A total of 91 archaeological sites in Khyber-Pakhtunkhwa (K-P) are set to get a new manager. These sites, previously under the control and supervision of the Federal Archaeology Department, will be handed over to the K-P Department of Archaeology, official sources told The Express Tribune. Some of these sites are on Unesco World Heritage List.
These sites, which are scattered in nine districts of the province, include 17 ancient Buddhist sites in Taxila. The officials added that on-the-ground verification of all the sites is underway and is expected to be completed by the end of this week.
Following the 18th Amendment, the powers of about 26 departments and ministries were devolved to the provinces, including the Department of Museums and Archives, which was previously taking care of archaeological sites across the country.
The federal government has already issued a circular asking the K-P government to take control of 91 archaeological sites and monuments in Dera Ismail Khan, Swat, Mardan, Swabi, Charsada, Banu, Malakand, Haripur, Abbottabad and Mansehra. These sites include seven of the 17 Buddhist sites in Haripur District.
The Buddhist sites in Haripur include a Buddhist Monastery from around 300 BC, commonly known as Julian University, Jinan Wali Dheri, Jandial Stupa, Badal Pur Stupa, Mound Pind Ghakhra, Tofkian Stupa, Mirpur Mound, Sirsukh, Piplian archeological site, Lalchuk Stupa, Chiti archaeological site and Bhir mound. These sites are among the most frequently visited by foreign tourists, especially Chinese, Bhutanese, Sri Lankans and Koreans, and are a major source of revenue.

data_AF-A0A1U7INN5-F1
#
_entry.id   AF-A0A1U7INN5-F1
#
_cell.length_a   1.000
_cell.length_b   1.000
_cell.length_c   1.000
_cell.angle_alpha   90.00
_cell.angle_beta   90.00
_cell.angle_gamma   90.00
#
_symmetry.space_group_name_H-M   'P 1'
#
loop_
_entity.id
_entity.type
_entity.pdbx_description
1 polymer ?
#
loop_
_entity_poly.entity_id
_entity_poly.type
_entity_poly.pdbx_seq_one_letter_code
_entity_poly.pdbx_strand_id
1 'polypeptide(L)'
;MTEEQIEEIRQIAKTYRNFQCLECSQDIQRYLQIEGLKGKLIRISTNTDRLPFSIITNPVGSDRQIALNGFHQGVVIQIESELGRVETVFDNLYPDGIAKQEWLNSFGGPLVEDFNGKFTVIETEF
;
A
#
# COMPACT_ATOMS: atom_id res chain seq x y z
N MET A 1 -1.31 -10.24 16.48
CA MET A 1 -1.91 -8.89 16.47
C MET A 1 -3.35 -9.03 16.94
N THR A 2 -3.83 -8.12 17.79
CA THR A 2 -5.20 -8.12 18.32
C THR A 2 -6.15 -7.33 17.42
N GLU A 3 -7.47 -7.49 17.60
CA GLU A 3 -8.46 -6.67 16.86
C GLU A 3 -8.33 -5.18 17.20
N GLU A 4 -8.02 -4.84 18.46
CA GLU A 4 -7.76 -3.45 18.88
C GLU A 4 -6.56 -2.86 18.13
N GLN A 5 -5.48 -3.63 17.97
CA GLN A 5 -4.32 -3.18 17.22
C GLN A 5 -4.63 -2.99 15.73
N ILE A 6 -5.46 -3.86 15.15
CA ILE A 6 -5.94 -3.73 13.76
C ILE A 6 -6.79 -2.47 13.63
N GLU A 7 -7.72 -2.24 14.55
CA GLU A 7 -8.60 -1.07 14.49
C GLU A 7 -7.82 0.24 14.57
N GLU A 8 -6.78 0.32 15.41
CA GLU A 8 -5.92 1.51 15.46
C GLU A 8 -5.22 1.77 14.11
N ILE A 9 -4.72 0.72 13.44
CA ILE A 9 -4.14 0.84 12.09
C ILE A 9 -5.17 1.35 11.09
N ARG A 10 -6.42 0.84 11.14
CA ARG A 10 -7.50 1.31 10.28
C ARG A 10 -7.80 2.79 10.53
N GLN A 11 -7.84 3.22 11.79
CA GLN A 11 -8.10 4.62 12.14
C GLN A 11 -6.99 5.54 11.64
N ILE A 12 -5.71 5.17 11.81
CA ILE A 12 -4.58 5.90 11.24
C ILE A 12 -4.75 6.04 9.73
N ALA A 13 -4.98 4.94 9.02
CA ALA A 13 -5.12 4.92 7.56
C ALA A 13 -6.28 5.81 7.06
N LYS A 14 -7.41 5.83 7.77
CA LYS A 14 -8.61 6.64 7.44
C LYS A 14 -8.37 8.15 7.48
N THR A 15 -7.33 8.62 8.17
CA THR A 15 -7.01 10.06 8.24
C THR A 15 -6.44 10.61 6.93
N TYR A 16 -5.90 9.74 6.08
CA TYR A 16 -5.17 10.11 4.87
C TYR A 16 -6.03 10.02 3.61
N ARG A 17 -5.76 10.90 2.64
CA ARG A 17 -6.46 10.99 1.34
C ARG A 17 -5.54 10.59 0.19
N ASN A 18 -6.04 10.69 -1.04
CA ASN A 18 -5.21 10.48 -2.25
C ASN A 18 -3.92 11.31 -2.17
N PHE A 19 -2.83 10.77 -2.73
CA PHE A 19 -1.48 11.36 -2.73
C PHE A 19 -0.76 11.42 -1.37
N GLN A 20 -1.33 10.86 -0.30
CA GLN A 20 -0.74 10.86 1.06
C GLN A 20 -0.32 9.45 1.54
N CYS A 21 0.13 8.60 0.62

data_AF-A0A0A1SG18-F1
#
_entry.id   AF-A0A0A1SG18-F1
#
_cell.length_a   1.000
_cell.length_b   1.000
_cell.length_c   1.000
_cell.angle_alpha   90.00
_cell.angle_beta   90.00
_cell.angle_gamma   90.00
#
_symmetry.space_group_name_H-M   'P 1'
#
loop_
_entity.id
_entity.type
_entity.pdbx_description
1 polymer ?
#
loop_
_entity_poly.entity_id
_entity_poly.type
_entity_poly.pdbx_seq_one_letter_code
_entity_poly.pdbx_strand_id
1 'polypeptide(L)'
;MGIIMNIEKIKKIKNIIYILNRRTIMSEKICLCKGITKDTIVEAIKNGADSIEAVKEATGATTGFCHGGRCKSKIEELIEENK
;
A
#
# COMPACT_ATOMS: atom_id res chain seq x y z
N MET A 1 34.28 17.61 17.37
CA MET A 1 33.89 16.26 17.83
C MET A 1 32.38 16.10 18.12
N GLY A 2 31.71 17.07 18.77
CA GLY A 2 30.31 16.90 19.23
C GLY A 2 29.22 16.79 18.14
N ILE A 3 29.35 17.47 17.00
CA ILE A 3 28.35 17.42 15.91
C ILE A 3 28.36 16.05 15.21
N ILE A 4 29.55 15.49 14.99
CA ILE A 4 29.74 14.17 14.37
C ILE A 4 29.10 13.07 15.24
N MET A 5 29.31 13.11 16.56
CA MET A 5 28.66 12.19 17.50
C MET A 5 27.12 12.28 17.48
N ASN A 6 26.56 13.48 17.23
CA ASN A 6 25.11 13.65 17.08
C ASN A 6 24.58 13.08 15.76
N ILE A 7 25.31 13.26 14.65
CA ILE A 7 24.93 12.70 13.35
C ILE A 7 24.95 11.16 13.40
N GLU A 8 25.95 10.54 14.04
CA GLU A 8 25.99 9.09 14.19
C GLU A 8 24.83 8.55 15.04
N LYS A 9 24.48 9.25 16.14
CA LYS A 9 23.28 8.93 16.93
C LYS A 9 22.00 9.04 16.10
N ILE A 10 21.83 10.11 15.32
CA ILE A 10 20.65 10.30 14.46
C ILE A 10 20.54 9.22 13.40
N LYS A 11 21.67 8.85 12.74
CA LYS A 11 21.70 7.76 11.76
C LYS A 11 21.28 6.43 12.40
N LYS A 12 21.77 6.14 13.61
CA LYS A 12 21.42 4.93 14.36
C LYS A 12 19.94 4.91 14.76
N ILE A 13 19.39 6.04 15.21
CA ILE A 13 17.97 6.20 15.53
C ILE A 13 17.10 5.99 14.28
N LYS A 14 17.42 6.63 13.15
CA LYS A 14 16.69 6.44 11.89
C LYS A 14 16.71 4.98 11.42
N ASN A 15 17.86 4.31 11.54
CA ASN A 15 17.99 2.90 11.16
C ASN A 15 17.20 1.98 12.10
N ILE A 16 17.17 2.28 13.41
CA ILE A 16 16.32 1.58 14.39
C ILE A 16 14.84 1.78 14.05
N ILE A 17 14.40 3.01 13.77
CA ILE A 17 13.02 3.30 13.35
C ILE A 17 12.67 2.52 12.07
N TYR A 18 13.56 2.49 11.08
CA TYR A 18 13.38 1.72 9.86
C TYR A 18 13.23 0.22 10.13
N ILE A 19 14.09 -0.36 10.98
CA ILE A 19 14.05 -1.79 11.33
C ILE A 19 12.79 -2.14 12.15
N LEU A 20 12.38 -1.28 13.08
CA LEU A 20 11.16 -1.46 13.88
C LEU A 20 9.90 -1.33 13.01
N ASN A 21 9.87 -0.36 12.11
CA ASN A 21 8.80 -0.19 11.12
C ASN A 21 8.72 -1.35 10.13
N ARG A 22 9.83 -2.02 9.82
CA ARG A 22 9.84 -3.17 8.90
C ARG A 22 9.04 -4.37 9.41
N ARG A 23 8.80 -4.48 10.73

K-P Archaeology Department Director Saleh Muhammad Khan confirmed that site verification was underway and that a team of six members comprising archaeologists, engineers and revenue officials were visiting these sites.
He said that purpose of verification was to determine the condition of the sites listed by the federal government. “It is not clear whether we will take over all the listed sites because the on-ground situation has changed.
Some of them have disappeared due to lack of conservation, while others have been taken over by influential people,” Khan said.
Responding to a question, he said that his department was fully capable of taking care of these sites and would make efforts for further preservation and new excavation if given funds. He said that proper upkeep of these sites, coupled with immediate steps for promotion of tourism, could help the department bring in a handsome income annually.
Published in The Express Tribune, June 15th, 2011.